Foreign investment represents approximately 18% of GDP of Andorra, said Pere Augé, CEO and founder of Augé Holding Group

Money is multifunctional. And yet, the main function of money is the purchase of goods and services, which makes it possible to determine their market value. The population’s purchasing power is one of the main indicators of the country’s economic and social development. What is the purchasing power of Andorra now? Pere Augé, CEO and founder of Augé Holding Group, answers these and other questions.

Interview: Irina Rybalchenko

The post-pandemic effect has generated a generalized increase in prices which has affected the purchasing power of citizens. The Government of Andorra has had to react to this phenomenon. In 2022, a series of initiatives aimed precisely at establishing various measures that would help increase the purchasing power of citizens were set in motion. What are these legislative initiatives about?

Indeed, the pandemic caused unprecedented effects on the world economy. The world stopped, factories stopped producing, and once activity recovered, the cost of products and their transport became more expensive. So that this was reflected in an increase in prices constant and growing. The CPI of 2021 closed with an increase of 3.3%. Even more evident was the inflation in 2022, with an increase in the CPI of 7.1%. Faced with this phenomenon, the Government of Andorra increased the monthly interprofessional minimum wage to 1,157.00 EUR. It again modified it, especially due to the effect of the Ukraine/Russia war and the increase in fuel costs, increasing in May 2022 up to 1,201.00 EUR.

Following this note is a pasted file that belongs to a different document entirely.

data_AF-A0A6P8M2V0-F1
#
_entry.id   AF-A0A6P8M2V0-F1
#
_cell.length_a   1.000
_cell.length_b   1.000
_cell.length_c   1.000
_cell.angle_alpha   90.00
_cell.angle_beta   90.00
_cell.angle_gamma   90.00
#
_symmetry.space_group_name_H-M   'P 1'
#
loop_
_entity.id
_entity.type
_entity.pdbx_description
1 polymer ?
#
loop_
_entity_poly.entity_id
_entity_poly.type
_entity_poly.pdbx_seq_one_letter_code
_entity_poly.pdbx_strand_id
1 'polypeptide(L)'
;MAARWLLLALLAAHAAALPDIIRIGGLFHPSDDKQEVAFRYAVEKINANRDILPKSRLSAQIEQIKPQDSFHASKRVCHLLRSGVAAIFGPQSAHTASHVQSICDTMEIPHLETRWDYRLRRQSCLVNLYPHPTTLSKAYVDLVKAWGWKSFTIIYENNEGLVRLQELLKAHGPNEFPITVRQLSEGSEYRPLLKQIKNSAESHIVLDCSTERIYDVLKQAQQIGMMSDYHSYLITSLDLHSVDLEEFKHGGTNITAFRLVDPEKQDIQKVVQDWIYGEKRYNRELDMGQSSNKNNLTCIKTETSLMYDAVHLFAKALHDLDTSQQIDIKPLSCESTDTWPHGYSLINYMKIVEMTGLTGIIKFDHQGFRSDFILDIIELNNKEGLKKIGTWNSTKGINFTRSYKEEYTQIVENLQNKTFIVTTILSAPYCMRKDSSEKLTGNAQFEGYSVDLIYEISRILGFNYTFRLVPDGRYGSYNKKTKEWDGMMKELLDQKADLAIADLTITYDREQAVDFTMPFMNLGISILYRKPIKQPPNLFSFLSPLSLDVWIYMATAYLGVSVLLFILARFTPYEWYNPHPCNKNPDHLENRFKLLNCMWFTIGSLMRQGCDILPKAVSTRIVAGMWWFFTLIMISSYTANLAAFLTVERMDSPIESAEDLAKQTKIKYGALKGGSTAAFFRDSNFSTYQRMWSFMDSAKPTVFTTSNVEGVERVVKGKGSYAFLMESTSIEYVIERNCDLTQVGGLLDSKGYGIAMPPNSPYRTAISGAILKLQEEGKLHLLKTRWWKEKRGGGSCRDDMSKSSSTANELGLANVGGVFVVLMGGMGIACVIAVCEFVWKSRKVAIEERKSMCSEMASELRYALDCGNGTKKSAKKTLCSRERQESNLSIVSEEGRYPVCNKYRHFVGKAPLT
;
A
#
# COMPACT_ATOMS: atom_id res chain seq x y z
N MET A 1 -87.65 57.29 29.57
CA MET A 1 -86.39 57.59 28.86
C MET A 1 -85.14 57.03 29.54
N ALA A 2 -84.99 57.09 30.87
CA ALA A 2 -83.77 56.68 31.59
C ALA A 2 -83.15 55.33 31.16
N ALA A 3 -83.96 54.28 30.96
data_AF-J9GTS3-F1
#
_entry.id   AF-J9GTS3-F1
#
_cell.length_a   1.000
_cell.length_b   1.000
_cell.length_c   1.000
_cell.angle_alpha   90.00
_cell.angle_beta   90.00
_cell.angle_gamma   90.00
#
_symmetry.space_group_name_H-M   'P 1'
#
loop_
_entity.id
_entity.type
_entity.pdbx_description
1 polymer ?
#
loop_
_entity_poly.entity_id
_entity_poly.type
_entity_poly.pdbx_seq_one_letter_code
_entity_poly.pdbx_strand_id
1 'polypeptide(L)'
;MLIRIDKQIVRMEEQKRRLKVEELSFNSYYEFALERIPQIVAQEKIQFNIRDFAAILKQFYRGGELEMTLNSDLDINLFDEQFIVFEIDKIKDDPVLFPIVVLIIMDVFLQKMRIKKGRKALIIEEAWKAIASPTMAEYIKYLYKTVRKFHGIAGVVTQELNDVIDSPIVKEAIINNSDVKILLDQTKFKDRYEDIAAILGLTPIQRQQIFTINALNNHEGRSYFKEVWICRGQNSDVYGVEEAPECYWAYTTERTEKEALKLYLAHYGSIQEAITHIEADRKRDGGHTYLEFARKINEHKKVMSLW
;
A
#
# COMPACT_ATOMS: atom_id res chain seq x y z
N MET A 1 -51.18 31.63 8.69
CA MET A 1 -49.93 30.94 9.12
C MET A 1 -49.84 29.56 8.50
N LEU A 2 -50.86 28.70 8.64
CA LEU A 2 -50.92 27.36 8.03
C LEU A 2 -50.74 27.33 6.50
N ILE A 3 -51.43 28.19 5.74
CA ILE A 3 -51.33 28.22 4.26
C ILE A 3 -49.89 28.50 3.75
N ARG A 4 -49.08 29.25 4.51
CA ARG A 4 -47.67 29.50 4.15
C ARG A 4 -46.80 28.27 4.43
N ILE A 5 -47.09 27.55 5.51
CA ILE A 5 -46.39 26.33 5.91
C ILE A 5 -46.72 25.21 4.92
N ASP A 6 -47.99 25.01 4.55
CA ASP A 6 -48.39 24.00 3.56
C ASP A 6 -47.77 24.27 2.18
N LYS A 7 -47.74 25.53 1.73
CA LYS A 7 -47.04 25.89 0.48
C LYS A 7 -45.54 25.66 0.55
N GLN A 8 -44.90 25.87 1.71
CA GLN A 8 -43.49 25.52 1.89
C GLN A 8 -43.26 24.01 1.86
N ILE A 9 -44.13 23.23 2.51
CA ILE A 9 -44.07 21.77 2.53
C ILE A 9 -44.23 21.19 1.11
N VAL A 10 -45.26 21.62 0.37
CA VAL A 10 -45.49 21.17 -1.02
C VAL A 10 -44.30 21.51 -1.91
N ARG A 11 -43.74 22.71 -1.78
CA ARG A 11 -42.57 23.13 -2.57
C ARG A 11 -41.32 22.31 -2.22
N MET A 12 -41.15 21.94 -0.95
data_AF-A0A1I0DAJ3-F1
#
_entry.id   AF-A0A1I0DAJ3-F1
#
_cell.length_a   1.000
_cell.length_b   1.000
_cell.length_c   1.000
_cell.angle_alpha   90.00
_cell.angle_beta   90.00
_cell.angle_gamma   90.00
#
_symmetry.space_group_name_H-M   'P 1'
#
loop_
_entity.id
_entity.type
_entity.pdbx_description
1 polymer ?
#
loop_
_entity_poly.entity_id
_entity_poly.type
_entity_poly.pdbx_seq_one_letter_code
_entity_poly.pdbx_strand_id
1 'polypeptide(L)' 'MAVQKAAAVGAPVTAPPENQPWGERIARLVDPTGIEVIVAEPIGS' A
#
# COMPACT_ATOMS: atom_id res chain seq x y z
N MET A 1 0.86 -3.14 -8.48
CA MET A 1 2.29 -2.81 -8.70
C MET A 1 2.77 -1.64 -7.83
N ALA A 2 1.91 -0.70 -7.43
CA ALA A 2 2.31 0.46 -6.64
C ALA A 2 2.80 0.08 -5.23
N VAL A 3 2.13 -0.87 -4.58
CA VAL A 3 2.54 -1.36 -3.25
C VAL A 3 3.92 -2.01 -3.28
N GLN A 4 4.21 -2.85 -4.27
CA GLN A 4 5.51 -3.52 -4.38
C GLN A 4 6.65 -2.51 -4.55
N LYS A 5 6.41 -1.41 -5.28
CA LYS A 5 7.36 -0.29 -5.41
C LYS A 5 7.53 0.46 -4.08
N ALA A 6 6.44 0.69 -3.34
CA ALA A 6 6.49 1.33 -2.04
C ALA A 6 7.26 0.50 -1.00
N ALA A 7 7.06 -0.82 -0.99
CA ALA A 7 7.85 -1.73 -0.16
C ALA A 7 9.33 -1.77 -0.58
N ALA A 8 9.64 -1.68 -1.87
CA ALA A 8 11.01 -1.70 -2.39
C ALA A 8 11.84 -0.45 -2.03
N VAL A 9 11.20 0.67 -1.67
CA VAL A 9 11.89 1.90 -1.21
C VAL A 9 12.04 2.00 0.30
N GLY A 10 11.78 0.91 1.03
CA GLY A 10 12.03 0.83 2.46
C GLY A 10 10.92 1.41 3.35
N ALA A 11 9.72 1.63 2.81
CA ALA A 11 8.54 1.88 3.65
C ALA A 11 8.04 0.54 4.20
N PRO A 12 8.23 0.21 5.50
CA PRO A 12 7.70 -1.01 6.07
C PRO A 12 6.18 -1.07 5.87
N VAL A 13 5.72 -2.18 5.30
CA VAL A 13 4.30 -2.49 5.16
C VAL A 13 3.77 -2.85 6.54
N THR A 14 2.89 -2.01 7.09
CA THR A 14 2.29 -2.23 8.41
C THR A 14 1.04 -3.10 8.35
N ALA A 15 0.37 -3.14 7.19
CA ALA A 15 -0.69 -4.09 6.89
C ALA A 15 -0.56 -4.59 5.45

Precisely Law 17/2022 of June 9 on measures to improve people’s purchasing power to combat this imbalance between inflation and wages, approved an increase in wages below 27,130 EUR per year with a 3.3% for those wages that had not been increased during the last 12 months or that the modification had not reached said level.
In the same sense, pensions increased by 3.67%.

Likewise, an extraordinary credit was approved in the same legal text to deal with a whole series of additional aid linked to combating the loss of purchasing power. It should be remembered how measures were implemented to improve access through study grants, fuel consumption, heating consumption in winter or establishing free public transport in a generalized way.

In January of this year, additional measures were taken to index wages in the country, if I remember correctly…

At the end of the year, the inflationary process reached its maximum level, with an IPC of 7.1%. Thus, Law 6/2023 of January 19 on urgent measures to improve the purchasing power of citizens and in the matter of housing leases, agreed on the revaluation of wages comprised between the minimum wage and that of 48,000 EUR per year, up to 7.1% for the lowest level (it calculated according to a specific mathematical formula. It means the interprofessional minimum wage was increased again to 1,286 EUR monthly.

In the same sense, pensions were updated with a 7.1% increase.